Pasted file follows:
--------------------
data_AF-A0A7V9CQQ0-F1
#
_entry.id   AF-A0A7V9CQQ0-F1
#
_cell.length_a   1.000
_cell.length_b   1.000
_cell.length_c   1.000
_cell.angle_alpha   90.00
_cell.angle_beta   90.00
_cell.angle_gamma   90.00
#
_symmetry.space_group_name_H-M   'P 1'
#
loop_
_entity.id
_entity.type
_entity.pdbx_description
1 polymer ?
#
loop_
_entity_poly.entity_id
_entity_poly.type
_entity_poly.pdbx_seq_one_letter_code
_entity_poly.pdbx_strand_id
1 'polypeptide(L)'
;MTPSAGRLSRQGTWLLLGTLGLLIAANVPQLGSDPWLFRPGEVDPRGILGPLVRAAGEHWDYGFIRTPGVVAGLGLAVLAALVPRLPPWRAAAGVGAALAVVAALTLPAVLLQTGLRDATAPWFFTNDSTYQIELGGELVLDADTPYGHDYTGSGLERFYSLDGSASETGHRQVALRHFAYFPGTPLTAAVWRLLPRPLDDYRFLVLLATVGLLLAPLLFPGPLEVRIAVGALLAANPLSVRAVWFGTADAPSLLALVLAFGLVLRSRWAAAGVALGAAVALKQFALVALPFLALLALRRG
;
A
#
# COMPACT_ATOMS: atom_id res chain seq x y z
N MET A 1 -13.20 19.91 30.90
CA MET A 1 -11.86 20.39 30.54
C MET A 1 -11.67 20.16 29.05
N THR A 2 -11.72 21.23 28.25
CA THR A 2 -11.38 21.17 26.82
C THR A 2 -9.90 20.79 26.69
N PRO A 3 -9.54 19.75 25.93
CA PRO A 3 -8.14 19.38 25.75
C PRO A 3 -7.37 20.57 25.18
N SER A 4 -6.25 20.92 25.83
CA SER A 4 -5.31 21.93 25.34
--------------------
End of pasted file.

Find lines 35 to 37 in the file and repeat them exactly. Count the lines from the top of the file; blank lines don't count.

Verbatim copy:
CA THR A 2 -11.38 21.17 26.82
C THR A 2 -9.90 20.79 26.69
N PRO A 3 -9.54 19.75 25.93